Alabaster Prep is a widely-known boarding school with rich kids roaming the halls. Alabaster students don’t give a second thought to the mysterious all-male society, the Basset Hounds. Some of them don’t even know who they are. Then a mildy geeky, curvaceous young woman, Frankie Landau-Banks, wants to take the Basset Hounds farther than just quiet beer parties and lame pumpkin pranks. But she can’t become a member because, obviously, she is a girl and her boyfriend would certainly not let her join (though he, himself, is a member). In a world of goofballs and wannabes, Frankie must show the Bassets how it’s done.
The story itself was original and fun. The writing was phenomenal and put other books to shame. I tried really hard, though, to like Frankie, the main character, but I didn’t not achieve my goal. The only character I did like was looked down upon by everyone else in the book. Once I got to the middle, I was a little drawn away from it. There was a lot of feminism.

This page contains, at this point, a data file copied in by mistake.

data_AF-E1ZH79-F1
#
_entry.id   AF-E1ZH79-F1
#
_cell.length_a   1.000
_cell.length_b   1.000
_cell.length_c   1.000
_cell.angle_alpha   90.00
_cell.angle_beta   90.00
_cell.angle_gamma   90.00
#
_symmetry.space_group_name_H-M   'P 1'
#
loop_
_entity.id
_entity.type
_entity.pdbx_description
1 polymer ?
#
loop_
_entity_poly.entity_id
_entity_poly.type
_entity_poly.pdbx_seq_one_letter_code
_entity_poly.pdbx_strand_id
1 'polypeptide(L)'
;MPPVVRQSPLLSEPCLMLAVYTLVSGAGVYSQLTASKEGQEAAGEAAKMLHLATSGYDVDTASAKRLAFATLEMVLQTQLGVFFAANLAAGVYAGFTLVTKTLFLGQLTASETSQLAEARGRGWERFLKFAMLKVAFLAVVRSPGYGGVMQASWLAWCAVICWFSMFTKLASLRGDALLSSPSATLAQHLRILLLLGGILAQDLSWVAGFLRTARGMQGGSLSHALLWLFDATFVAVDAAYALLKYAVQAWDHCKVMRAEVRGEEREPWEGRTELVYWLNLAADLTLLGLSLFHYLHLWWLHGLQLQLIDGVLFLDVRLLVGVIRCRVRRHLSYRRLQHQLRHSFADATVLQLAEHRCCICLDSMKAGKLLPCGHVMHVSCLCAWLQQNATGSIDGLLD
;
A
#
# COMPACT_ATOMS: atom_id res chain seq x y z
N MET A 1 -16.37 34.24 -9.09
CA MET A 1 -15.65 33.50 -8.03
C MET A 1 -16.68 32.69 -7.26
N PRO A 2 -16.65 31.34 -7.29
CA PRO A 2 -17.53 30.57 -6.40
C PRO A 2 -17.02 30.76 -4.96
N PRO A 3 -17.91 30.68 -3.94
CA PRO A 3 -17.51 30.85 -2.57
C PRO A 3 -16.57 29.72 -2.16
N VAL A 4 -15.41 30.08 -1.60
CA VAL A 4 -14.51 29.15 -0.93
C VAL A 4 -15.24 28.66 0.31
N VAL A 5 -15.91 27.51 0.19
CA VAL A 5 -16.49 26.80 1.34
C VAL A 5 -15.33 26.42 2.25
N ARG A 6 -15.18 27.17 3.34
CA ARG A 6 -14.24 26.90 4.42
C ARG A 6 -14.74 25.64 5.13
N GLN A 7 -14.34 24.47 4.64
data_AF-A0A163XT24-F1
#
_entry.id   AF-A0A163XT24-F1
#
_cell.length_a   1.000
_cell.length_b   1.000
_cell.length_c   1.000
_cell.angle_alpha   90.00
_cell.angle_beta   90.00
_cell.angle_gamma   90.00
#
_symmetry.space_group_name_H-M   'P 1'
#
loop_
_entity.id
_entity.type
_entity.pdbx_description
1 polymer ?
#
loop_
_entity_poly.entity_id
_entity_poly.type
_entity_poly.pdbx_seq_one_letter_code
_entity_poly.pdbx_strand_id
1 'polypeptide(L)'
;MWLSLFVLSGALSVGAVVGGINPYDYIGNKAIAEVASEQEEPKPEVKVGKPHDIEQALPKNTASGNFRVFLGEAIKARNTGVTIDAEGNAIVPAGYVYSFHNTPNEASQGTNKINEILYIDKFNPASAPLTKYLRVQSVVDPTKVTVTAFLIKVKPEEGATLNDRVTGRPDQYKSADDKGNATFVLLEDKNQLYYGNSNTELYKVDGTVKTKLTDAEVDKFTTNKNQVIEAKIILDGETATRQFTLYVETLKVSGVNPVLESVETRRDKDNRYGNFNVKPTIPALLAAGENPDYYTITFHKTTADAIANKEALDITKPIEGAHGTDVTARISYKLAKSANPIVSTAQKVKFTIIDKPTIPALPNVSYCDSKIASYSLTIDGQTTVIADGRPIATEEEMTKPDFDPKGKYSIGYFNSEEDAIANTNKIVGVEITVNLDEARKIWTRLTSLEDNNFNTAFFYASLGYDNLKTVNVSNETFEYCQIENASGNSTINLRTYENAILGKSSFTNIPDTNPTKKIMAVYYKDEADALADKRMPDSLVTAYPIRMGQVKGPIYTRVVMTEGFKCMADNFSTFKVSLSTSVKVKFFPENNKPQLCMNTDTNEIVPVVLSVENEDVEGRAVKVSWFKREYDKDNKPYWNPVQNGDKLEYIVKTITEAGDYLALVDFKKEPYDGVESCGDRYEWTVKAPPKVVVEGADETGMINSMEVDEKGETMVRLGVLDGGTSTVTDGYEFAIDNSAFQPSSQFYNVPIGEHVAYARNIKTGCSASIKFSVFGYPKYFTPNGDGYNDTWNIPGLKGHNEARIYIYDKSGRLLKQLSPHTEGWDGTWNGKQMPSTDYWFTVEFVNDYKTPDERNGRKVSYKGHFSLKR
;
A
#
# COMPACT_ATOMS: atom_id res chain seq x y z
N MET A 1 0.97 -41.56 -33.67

The quirky pranks were hilarious so I got a kick out of reading it. I also learned a lot of new words that I will try to remember in the future and use in my everyday vocabulary. Though I had a lot of back-and-forth admiration for this book, it is definitely worth checking out at your local library.
(Another left-down, but there are some sexual references within the pages of this book.)
*book copy borrowed from my library